White Space in Poetry

Poetry, in many ways, is more creatively freeing than prose.  Grammar isn't set.  It doesn't have to have a plot or even make sense.  Right alignment for a collection?  Sure!

White space (the parts of the page without words) is important in poetry.  It tells a reader where larger pauses are needed (stanza breaks, extra space between words).  It can enhance/reflect subject matter (a poem about absence having barren swaths of paper).  It can even showcase mood.
But lots of poets use white space wrong (though most offenders aren't necessarily beginners). 

It shouldn't be used to artificially lengthen a work.  Poems don't have to be epics to make an impression.  If a bigger payment from a literary magazine is the goal, the ones paying for poems per line (most don't) don't generally count blank lines.

Some poets think odd spacing makes a piece avant-garde and, while it can be used to experiment, randomly chopping up lines and flinging them willy-nilly on the page doesn't make anything edgy or interesting.  There should always be some coherent reason for the positions of words, even if the reason isn't apparent to readers.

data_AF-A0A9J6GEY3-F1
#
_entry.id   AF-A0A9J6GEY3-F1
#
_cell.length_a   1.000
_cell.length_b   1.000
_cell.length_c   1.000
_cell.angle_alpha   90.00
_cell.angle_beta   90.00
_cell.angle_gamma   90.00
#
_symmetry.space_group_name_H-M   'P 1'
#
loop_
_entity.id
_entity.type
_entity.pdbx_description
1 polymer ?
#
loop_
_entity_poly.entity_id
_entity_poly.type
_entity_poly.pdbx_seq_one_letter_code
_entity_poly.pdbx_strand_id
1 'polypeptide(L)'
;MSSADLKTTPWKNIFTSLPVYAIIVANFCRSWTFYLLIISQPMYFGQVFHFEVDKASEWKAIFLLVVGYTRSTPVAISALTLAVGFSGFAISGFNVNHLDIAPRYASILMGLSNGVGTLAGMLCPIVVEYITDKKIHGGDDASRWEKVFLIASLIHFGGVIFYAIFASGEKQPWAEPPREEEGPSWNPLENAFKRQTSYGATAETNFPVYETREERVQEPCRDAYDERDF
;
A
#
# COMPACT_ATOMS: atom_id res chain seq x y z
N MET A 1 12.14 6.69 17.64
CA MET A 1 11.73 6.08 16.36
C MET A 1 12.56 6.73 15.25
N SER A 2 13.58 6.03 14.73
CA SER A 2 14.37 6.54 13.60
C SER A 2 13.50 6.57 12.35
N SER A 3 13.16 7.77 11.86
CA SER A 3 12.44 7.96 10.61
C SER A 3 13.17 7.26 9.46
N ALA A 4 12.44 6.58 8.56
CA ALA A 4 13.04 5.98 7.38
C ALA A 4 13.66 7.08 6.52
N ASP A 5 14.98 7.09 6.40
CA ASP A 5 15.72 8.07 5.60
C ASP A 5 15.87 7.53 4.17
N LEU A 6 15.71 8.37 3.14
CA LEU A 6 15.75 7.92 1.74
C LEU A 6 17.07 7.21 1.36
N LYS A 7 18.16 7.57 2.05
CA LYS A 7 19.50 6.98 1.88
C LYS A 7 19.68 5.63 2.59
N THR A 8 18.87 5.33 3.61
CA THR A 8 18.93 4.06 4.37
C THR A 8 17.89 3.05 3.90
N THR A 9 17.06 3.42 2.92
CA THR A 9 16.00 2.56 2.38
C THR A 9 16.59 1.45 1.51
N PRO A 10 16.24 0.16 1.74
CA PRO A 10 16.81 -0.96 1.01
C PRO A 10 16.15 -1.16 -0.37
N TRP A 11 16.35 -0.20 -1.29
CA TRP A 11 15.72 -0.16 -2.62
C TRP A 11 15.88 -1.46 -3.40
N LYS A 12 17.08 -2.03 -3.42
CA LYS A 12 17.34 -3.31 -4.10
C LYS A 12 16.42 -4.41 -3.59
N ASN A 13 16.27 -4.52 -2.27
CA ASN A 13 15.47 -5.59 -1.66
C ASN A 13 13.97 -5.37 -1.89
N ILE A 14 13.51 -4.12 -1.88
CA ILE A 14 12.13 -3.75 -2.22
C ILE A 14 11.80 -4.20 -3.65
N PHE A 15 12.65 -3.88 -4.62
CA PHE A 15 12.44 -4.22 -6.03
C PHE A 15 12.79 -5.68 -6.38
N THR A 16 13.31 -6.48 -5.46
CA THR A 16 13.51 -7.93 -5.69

A handful of poets are guilty of using white space to give a false sense of variation.  Instead of attempts at different forms or subjects (or different angles on a subject), these scribes chop up or stretch out works they've completed multiple times.  They are either afraid, too in love with one particular idea, or are in a serious rut.
Remember poets and poetry-lovers:  The poem should be benefited by the form, not brutalized to fit it.

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